Peter Lyons

secrets in zsh history

April 17, 2017

I've been trying to get a manageable system for dealing with projects that need a lot of settings, some of which are secrets such as credentials. In general, environment variables are the most widely-supported mechanism. They have many shortcomings: they are exposed by the OS to other processes running as your user or root via the /proc filesystem (at least on linux), don't have data types other than strings, can't express nesting or arrays easily, etc. However, they can get the job done if you keep things simple.

Anyway one of my main concerns was keeping these secrets relatively secret but also not massively inconvenient for actual development work. My approach so far has been to keep them encrypted in 1password as a multiline notes field that is just some shell syntax to export them as environment variables. It looks something like this:

export AWS_ACCESS_KEY_ID='blah blah blah'
# Use this for dev
export AWS_REGION='us-west-2'
# Use this to test the standby region
export AWS_REGION='us-east-1'
# etc etc

So I feel pretty good that this is securely off disk. I would copy and paste this into my shell and go about my work. However, these commands then get put into my shell history which are clear text files. I wanted something this convenient but keeping secrets out of my shell history.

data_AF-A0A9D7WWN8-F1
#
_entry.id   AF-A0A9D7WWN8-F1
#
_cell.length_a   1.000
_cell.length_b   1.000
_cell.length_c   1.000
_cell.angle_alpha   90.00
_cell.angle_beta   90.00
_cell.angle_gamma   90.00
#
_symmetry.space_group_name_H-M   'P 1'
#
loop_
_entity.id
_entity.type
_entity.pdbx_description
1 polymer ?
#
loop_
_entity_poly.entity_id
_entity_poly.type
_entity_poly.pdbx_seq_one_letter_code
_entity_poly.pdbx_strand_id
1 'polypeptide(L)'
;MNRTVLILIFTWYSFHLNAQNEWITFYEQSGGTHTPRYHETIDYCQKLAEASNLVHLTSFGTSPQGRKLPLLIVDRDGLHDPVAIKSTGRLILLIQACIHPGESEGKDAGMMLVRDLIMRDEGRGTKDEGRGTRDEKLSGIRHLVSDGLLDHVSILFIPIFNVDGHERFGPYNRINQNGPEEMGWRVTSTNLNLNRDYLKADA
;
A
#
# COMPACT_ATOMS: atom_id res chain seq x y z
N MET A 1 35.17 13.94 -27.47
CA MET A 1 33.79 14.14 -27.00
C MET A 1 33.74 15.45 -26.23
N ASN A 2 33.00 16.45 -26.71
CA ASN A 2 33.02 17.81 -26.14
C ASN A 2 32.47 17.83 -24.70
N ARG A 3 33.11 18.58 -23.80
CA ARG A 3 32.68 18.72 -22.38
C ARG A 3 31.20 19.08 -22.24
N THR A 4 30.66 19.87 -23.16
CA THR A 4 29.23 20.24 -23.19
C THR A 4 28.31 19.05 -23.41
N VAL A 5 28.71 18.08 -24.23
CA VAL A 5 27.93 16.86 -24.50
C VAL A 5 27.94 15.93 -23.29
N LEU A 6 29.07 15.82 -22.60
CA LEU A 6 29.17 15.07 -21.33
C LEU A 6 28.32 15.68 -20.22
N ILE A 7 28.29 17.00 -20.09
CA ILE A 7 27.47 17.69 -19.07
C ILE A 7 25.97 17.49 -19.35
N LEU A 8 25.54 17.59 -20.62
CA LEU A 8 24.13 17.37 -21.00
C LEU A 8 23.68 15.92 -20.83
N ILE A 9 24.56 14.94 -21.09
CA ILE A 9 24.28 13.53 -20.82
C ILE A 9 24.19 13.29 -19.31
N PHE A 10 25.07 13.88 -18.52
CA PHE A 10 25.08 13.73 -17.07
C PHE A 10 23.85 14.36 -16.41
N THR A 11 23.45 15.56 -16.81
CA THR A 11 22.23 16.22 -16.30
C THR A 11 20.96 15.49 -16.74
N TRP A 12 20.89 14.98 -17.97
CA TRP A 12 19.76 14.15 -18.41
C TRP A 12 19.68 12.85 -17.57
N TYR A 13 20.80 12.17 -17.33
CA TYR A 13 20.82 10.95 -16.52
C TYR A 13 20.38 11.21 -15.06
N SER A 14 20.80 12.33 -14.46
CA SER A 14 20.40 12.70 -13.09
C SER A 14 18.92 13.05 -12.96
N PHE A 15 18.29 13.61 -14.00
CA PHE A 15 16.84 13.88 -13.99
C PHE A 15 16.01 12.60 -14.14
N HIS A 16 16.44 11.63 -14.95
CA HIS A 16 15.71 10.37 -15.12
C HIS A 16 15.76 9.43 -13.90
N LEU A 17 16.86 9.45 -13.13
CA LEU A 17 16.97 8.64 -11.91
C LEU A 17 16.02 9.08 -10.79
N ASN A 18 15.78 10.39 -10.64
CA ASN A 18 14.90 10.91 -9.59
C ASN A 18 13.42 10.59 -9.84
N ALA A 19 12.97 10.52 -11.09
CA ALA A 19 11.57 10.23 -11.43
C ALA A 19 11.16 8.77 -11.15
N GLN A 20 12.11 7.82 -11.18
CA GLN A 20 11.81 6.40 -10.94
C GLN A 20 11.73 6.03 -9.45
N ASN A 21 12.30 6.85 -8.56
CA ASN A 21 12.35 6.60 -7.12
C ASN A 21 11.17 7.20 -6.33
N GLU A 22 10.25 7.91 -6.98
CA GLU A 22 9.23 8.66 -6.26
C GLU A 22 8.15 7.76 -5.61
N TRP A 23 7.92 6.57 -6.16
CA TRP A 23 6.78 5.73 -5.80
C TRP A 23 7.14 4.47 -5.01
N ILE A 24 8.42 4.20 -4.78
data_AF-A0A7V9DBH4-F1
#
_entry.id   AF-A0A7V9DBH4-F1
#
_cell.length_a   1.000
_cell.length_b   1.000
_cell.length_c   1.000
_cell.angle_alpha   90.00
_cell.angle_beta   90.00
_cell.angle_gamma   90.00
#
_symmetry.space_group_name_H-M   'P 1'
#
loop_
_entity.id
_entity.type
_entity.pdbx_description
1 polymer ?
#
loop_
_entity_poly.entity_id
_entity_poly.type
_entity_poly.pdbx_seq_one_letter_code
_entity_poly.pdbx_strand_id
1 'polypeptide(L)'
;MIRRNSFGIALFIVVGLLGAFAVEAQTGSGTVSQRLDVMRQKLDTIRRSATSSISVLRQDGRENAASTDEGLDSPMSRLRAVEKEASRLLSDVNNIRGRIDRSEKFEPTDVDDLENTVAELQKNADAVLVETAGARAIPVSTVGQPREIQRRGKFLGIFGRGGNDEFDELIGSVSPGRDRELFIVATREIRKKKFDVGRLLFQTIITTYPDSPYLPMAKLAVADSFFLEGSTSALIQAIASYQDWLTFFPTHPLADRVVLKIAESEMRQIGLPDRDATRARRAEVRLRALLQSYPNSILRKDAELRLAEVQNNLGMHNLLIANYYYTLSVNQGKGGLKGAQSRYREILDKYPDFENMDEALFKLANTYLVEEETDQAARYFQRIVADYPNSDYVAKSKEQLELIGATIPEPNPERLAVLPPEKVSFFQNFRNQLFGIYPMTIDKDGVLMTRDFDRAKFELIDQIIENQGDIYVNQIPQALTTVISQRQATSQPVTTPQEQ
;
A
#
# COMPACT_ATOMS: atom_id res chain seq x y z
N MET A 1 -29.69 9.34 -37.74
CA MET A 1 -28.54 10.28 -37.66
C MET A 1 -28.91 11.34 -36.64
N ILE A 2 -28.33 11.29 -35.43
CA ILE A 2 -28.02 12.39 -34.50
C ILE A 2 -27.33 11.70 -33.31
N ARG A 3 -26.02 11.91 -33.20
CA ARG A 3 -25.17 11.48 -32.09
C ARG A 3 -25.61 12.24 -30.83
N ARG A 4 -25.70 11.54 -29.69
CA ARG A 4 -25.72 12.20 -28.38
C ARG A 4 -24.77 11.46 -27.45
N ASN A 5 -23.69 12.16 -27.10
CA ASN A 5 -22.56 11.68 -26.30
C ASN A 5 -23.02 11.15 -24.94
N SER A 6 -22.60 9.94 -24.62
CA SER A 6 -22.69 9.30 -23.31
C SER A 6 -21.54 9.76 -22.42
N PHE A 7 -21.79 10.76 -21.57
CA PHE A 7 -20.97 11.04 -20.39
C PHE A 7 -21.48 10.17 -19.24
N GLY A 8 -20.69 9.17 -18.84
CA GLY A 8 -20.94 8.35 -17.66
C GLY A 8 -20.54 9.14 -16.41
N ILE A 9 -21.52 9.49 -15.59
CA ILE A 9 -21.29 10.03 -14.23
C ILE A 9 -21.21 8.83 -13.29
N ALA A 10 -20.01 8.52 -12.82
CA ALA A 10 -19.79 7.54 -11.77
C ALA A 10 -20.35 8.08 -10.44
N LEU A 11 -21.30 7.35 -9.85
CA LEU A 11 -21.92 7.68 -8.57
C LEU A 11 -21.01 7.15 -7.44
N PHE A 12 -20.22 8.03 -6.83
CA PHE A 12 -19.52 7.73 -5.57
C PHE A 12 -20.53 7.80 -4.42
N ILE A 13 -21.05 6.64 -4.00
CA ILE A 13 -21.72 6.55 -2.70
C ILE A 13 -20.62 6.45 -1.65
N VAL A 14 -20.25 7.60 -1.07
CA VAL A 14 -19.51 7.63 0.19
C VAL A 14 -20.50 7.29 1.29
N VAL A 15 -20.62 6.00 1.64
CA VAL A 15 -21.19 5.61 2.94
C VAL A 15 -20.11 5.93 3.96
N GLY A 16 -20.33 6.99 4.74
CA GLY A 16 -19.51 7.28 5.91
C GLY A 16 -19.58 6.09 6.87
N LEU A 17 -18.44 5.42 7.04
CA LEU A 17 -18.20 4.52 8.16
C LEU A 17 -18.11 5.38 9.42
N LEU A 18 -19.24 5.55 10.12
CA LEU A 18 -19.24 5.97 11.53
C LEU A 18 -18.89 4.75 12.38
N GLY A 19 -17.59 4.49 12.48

What I came up with is this:

eval $(pbpaste;echo)

Which I set up as a keyboard macro so I type epb,,, keyboard maestro detects the double comma and looks up the proper snippet to expand the text. The eval tells the shell to execute the code and the pbpaste bit outputs the text I just copied from 1password.

So this is better. Some shells allow omitting a command from history by typing a leading space in front of it, just FYI but I felt that was too error prone to use consistently.

It's still not ideal as stuff lives in memory probably longer than it should, and the mechanism to clear things is to exit the shell, which I don't do regularly enough because there's usually state in the shell I don't want to have to re-setup like activating python virtualenvs, etc. It's also possible to unintentionally copy some other text before you paste it into the terminal, thus shooting yourself with your eval footgun.

Got something better to suggest?

Side note for zsh: setopt interactivecomments will avoid annoying errors when you paste snippets with comments into an interactive shell.

UPDATE (2017-09-12)

It looks like aws-vault is a handy tool for this as well. I've started using it on 2 projects and so far so good, but it only handles the AWS creds, not randow other project vars.